Listening to Que Bonita’s intro, you’d be forgiven for thinking you’d started the wrong song. For half a minute, we’re given a solo performance from vocalist Amy Gill, paired fleetingly with guitarist Juan Carmona’s flamenco licks.

It’s a trick Kanye West goes back to again and again. Shine the spotlight on your songs’ standout elements, show them the respect they deserve, then slowly fold them into the rest of the track.

Particularly in the case of Carmona, his plucking is enveloped into a rolling tapestry of groove. He continues to join in playfully under the main beat, a contrasting texture to the rubbery, strutting bass, sun-soaked synth and endless layers of percussion.

In fact, I’ve heard it said that there’s no such thing as a passive audience during a Flamenco performance – a sentiment this track certainly shares. Organic claps, kicks and bubbling background chatter lace the tune, leaving you feeling like you’re already on the dancefloor.

Amy’s voice shines through all of it. She joins the long line of women who completely elevate dance tracks with superb performances. Her timbre (but maybe more so her lyrics) shares a lot with Jessie Ware on last year’s ‘What’s Your Pleasure’. Both sigh seductively over dappled synths, delivering commanding – if understated – performances.

But the DNA of ‘Que Bonita’ is more Balearic beat than disco bop, and since we won’t be dancing on Ibiza’s shores for at least another year, it’s pure escapism. Nevertheless, True Religion has cooked up something deliciously danceable, and we’re here for it.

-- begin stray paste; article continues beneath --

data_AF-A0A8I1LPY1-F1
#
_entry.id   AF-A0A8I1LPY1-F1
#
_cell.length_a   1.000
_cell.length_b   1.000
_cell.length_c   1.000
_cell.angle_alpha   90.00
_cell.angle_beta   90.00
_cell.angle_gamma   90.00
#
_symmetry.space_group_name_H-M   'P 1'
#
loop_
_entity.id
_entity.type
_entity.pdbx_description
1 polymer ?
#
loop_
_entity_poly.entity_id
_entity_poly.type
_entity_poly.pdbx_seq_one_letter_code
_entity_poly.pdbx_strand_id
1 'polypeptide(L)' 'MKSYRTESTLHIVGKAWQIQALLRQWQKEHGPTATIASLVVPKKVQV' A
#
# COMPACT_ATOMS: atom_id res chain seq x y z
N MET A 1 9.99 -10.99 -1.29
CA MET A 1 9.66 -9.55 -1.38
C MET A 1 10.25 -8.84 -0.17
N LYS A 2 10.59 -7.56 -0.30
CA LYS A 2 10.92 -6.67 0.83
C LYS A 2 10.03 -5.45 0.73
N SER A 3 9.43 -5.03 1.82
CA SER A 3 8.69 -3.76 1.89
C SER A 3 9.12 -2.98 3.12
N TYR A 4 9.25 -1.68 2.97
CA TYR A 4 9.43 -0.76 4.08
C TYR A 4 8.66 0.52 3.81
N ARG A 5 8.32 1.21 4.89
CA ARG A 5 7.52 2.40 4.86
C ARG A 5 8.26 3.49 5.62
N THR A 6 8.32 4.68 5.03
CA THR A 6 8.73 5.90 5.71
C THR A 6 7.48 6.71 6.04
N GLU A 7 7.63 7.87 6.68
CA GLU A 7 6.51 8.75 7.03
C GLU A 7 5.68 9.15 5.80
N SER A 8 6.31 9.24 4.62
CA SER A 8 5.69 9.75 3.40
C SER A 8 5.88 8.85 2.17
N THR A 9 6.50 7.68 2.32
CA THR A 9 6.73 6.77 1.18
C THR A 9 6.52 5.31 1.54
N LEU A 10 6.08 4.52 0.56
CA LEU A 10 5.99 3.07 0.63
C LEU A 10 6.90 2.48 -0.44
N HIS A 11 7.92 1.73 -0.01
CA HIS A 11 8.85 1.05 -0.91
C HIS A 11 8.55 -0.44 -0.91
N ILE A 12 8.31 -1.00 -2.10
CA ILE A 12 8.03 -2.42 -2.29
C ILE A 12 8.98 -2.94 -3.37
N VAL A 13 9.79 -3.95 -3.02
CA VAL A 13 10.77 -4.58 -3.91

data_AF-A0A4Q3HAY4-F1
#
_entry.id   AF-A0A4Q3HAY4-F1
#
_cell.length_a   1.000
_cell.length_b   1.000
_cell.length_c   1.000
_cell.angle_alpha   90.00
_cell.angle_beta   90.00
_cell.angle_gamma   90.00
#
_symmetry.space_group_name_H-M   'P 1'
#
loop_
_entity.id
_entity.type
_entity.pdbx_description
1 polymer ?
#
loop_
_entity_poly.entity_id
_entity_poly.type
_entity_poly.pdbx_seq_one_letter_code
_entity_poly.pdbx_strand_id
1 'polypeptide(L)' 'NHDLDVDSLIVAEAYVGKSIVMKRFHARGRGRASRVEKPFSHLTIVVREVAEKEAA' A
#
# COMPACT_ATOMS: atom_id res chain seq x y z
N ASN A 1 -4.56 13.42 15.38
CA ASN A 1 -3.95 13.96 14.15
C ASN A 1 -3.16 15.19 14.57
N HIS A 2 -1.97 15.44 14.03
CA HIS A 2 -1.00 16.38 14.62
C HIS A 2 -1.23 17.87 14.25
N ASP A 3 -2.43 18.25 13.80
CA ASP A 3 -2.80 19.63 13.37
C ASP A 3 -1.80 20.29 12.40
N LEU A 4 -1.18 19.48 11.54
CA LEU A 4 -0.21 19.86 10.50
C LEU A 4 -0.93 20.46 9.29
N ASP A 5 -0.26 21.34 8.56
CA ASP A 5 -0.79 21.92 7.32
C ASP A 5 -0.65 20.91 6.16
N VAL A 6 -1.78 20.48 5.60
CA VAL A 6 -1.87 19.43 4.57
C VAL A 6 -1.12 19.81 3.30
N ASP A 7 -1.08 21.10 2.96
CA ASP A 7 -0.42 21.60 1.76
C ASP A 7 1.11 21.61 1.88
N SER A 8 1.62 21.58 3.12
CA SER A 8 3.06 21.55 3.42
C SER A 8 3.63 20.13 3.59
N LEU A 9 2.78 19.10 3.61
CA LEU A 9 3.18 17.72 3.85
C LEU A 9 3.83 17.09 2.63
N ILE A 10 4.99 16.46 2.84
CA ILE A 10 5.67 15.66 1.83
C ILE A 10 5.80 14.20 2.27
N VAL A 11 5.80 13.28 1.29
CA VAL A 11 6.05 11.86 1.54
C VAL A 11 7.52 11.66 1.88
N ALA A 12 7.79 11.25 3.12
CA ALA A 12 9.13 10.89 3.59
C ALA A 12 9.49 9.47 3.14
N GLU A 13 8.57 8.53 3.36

If you want to stay locked into the groove, you can find True Faith at the links below:

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Words by Nathan Makalena

True to their name, Steady Rollin offer laid back grooves on ‘¿Dónde Te Has Metido?’

An aptronym is a name that suits it’s owner like a glove – Usian Bolt, Olympic sprinter. While Steady Rollin got to choose theirs, they did choose well. 

They write music you can cruise to, and it’s tracks like the newest release, ‘¿Dónde Te Has Metido?’, that makes floating down the river of life so easy. 

It might be the first time you’ve heard them, but Steady Rollin has had the people of their native El Salvador swooning. Their carefree sound, built on Americana stylings is a hit across Latin America and singer Fernando Poma is a champion of the local scene in San Salvador.

Bringing up the rest of the band is bassist Gerardo Pardo and drummer/backing vocalist Benjamin Andrade (who holds one of the best job titles I’ve come across – Yamaha Music’s official drumming representative for El Salvador).

A lot of the instrumentation finds its roots in classic rock, especially that blues-fused era of the 70s which sprang ‘J.J. Cale’ and the ‘Allman Brothers Band’. Falling riffs flow into a sweeping solo, while groovy piano accompaniment runs rife. 

The addition of accordion on the chorus works to highlight the track’s jam-band feel. By adding in a timeless, folk instrument it’s like we’re hearing this age-old, romantic story. 

It’s a reminiscent sound for a reminiscing song. Love and longing weave through the lyrics. It does well to capture that special moment in relationships where you’re, “captivated by how much ‘life’ is in someone” – as Benjamin puts it. 

And, like the name suggests, Steady Rollin have an easy, optimistic outlook. A lot of Latin Americana seems to have that tinge to it, always deeply emotional while deeply cathartic. It leads to a lovely tune that is well worth your time. 

¿Dónde Te Has Metido? is the first track from Steady Rollin’s upcoming LP Stories. You can stay locked into their grooves at the links below: